In class on Tuesday Shelly Hope stopped by to share her experiences as a teacher using experiential learning and nature in her curriculum. We completed three different lessons, each distinctly different from the last, but with the similarity that they were not the type of lesson you usually see in a typical middle school classroom. We explored and dug through a compost pile/worm colony, honed our observation skills, and experimented with our sensory skills. All of these lessons were unified in the idea that they taught us about some element of the natural world while also getting us to be active participants in our learning. I found that these lessons jibe quite well with my own teaching philosophy which stresses the importance of placing the center of a lesson on the students involved in the learning. I’ve always been someone who benefits from actually doing the thing they are being taught so on a personal level I appreciated these activities since they are similar to how I want to conduct my future class.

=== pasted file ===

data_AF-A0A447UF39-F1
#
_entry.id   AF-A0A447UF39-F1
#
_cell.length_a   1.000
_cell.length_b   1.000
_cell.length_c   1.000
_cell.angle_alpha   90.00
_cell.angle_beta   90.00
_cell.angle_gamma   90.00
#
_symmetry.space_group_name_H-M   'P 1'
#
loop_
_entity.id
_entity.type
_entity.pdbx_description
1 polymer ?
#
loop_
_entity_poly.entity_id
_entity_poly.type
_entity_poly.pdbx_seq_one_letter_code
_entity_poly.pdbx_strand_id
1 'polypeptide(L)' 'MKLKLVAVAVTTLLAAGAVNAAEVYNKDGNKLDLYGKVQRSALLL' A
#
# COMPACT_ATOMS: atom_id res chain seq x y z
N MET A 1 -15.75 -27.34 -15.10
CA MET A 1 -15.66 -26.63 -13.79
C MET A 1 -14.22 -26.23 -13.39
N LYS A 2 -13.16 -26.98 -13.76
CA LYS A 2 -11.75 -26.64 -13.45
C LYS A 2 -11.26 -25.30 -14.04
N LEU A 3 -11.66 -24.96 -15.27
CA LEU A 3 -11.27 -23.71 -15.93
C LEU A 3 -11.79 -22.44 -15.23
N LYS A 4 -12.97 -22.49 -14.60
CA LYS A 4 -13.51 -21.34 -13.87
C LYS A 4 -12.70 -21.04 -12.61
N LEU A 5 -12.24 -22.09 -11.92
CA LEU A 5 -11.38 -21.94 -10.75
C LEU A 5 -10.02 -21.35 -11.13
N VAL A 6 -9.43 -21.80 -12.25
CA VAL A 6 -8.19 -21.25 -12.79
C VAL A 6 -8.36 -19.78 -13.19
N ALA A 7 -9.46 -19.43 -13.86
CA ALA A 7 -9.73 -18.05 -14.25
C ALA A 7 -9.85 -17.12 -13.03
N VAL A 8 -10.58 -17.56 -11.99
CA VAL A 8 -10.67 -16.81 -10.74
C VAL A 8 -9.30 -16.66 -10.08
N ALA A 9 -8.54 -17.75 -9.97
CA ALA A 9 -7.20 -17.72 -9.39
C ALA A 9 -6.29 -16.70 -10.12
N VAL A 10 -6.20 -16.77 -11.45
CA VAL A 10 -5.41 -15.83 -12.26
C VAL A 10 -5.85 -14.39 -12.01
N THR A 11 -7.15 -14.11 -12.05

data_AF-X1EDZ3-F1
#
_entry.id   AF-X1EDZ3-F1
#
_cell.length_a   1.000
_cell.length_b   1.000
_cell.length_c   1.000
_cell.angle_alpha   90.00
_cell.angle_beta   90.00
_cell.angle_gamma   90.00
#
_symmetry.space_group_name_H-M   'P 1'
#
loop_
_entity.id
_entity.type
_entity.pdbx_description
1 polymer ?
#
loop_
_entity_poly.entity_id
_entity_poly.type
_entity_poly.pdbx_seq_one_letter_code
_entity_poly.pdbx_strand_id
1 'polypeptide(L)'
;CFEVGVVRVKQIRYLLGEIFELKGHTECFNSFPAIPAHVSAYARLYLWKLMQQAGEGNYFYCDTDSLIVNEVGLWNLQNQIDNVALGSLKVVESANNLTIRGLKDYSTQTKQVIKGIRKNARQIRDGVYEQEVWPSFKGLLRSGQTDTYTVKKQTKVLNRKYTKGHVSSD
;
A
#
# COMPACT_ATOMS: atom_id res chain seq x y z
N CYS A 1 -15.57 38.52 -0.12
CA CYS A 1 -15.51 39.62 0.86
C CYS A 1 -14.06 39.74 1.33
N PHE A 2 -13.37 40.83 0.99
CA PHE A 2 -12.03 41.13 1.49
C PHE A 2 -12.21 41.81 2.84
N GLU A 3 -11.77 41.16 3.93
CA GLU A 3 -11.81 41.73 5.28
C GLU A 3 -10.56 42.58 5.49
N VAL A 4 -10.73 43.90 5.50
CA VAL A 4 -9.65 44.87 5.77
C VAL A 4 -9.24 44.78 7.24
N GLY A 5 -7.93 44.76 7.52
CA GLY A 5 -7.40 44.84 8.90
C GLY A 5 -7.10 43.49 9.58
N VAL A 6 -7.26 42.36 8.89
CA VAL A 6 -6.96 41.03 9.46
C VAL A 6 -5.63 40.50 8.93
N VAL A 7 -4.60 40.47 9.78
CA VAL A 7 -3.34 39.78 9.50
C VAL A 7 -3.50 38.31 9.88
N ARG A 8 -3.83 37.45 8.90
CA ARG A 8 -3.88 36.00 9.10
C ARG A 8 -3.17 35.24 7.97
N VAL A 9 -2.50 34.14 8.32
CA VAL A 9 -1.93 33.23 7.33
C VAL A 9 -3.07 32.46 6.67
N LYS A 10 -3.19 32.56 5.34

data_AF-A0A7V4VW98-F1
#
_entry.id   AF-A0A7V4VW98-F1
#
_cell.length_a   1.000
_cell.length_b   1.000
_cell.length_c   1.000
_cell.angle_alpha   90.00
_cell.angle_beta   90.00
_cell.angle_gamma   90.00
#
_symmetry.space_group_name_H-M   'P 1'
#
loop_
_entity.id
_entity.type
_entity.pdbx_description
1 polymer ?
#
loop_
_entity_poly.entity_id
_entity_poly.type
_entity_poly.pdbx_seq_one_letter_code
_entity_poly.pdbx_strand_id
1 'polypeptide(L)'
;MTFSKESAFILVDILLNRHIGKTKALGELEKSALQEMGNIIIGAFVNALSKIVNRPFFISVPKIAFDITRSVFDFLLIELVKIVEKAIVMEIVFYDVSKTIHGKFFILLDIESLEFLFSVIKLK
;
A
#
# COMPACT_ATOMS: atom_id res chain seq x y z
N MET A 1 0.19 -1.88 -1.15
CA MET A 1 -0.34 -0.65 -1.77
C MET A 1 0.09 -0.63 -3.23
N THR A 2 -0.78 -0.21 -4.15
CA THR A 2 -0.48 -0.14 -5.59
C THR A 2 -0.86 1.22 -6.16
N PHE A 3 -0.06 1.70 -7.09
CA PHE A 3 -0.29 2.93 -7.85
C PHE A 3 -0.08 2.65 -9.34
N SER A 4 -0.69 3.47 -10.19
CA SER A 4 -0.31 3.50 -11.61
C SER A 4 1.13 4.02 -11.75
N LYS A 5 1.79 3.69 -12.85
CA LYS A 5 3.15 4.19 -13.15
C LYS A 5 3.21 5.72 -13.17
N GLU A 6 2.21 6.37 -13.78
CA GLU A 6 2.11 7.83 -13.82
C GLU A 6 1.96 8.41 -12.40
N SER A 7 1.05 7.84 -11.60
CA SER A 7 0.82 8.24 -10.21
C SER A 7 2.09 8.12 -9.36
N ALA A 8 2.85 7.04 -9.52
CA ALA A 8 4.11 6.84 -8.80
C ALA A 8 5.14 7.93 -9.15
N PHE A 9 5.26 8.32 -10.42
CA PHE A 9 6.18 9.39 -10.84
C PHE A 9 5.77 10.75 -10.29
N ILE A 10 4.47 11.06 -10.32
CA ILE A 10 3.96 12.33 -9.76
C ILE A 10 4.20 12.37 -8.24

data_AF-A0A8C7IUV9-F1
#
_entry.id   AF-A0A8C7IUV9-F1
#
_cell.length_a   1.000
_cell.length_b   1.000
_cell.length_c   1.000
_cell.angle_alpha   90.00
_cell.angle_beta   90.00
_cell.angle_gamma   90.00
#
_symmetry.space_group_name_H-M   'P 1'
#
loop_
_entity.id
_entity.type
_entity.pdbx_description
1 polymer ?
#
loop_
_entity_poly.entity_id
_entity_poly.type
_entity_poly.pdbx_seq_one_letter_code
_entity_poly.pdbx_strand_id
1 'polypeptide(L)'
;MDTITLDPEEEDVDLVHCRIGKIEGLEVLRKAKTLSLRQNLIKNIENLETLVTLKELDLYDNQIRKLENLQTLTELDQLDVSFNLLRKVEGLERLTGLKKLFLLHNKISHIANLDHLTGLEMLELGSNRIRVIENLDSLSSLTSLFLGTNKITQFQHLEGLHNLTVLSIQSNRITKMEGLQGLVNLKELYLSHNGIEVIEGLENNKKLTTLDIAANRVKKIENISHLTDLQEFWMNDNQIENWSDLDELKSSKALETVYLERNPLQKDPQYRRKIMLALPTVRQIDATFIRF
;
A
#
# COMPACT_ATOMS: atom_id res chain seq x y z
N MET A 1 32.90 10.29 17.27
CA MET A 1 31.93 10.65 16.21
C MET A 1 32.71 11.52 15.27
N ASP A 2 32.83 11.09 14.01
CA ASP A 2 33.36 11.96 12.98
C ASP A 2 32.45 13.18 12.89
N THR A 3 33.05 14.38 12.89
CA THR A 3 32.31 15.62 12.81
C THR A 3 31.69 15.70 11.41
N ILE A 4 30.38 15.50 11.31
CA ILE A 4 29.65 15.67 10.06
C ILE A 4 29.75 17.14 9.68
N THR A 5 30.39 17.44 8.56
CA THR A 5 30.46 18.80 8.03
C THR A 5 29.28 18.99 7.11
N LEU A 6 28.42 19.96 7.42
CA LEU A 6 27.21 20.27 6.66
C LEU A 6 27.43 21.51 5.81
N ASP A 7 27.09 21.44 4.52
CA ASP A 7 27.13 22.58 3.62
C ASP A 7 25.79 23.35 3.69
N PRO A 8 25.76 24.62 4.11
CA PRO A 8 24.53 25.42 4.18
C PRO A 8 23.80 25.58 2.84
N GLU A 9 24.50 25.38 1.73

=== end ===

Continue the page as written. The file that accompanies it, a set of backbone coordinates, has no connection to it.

As a future English teacher I think there are many ways nature and experiential learning can be incorporated into my curriculum. The relationship between literature and nature is as old as oral language itself and can be found present in virtually almost every literary work. The reason for this is quite simple: nature is everywhere (even in cities) and to write a novel without it would be a challenge indeed. But beyond just inclusion in stories, nature has had a meaningful impact on many a great author and it seems unlikely that that aspect of literature will change any time in the near future. In the classroom I think students can benefit greatly from this connection with nature as it can lend a spark to their creative process. When writing, I have found that I benefit greatly from a change of scenery and often I find that being in a place of natural beauty helps even better. Similarly, I think if I were to take my classes outdoors in certain circumstances to help stimulate their writing, nature would certainly help them with the creative process. Similarly, I think writing is something that has to be taught with an experiential approach because simply put, there is no other way to do it. However, the experiences I choose to supply my students with can vary greatly and to that extent I think the most positive experiences for them would be writing workshops. Getting feedback on your writing, especially when it is in rough draft form, is incredibly helpful and not only helps the writer being assessed, but the reader too. Additionally, by supplying my students with positive writing experiences, such as writing workshops, it is my hope they will come to enjoy the writing process while also getting better at it.